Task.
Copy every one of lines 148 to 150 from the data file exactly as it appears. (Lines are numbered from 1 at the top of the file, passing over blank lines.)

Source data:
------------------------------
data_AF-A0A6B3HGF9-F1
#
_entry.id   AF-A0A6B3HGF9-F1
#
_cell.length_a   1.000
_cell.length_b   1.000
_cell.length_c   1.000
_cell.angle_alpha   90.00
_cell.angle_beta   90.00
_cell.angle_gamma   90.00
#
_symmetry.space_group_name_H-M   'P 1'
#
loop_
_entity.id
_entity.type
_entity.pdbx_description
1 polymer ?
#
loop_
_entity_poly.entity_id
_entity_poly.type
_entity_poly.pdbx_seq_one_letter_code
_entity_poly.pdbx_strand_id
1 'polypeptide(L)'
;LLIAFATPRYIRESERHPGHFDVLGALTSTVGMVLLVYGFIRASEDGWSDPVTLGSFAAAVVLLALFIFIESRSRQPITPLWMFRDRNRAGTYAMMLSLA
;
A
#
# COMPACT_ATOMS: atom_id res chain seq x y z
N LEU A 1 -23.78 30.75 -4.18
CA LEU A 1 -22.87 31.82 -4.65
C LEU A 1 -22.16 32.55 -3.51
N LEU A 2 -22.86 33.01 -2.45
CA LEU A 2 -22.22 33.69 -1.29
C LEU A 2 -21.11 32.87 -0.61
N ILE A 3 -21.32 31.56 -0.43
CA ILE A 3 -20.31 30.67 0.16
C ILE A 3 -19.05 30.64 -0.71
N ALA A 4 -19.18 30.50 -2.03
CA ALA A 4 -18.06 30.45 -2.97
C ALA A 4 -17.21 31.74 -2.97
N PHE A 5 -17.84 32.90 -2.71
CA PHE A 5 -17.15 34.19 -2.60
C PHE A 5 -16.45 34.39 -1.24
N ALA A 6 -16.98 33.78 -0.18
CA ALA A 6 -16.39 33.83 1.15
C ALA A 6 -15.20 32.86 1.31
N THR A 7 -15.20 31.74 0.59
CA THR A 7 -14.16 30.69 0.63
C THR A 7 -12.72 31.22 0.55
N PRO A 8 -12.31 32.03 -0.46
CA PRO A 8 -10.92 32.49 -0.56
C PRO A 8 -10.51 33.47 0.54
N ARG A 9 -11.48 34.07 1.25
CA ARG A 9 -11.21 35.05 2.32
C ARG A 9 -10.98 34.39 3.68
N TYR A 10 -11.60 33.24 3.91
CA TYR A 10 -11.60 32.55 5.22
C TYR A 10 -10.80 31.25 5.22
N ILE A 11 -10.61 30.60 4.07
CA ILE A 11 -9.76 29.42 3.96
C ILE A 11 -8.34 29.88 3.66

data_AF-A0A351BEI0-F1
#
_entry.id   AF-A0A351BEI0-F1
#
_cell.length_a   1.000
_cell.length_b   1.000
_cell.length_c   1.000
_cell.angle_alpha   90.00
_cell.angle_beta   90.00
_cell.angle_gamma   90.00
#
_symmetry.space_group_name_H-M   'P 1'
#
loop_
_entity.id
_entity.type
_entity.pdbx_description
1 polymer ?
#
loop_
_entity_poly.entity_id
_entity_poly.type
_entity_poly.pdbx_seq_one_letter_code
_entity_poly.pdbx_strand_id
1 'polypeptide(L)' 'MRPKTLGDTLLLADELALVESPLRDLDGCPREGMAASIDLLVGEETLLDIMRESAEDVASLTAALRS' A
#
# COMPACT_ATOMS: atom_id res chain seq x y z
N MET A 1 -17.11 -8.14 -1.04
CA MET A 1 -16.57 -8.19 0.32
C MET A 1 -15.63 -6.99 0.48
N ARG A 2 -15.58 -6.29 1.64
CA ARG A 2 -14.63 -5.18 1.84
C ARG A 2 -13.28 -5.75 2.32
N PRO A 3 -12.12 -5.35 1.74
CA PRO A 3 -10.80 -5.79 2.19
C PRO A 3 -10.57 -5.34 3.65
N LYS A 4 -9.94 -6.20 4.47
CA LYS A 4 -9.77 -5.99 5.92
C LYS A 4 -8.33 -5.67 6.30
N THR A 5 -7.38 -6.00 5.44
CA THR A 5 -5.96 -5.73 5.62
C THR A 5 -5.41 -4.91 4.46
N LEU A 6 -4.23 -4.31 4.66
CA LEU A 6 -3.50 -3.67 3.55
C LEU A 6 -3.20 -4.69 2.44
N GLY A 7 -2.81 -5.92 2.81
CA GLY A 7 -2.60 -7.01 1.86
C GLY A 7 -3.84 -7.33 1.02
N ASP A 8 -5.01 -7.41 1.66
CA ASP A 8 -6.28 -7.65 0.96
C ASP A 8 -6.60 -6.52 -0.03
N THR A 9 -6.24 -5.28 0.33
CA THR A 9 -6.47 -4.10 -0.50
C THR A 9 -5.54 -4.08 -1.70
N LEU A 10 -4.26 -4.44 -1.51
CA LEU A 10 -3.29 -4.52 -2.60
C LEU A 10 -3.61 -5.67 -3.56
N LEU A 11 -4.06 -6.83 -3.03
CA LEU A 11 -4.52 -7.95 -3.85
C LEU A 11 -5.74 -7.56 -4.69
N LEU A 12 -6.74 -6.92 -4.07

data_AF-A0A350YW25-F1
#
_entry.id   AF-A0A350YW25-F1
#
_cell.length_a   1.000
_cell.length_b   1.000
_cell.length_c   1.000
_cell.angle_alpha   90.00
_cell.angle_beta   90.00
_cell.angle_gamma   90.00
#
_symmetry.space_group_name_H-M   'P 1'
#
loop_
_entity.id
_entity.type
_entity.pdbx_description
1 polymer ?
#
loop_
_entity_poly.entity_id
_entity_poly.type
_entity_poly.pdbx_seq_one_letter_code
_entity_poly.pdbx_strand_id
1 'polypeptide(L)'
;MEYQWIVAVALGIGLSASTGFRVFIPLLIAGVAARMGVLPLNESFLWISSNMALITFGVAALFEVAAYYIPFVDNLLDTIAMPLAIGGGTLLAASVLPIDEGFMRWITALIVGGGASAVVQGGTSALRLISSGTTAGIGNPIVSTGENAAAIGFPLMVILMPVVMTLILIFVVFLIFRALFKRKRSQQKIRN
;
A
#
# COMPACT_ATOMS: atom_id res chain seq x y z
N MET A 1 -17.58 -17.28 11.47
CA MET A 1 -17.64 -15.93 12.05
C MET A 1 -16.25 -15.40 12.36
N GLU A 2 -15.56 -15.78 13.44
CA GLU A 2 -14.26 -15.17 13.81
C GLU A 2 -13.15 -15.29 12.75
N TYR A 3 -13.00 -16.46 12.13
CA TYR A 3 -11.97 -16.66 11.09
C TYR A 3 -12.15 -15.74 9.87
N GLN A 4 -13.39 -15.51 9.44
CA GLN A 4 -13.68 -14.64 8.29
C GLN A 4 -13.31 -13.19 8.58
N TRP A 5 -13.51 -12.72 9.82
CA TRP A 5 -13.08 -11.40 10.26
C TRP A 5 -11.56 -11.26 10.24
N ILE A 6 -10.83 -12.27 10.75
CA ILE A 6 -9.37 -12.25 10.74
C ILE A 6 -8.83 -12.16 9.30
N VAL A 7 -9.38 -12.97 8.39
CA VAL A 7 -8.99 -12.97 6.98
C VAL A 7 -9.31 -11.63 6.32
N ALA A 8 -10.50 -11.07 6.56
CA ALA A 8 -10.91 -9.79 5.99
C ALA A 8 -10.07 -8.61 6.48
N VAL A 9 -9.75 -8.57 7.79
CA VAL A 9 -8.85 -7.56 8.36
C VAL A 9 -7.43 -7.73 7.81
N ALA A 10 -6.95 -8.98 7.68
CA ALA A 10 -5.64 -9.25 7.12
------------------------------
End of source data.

_entity_poly.pdbx_strand_id
1 'polypeptide(L)'
;MEYQWIVAVALGIGLSASTGFRVFIPLLIAGVAARMGVLPLNESFLWISSNMALITFGVAALFEVAAYYIPFVDNLLDTIAMPLAIGGGTLLAASVLPIDEGFMRWITALIVGGGASAVVQGGTSALRLISSGTTAGIGNPIVSTGENAAAIGFPLMVILMPVVMTLILIFVVFLIFRALFKRKRSQQKIRN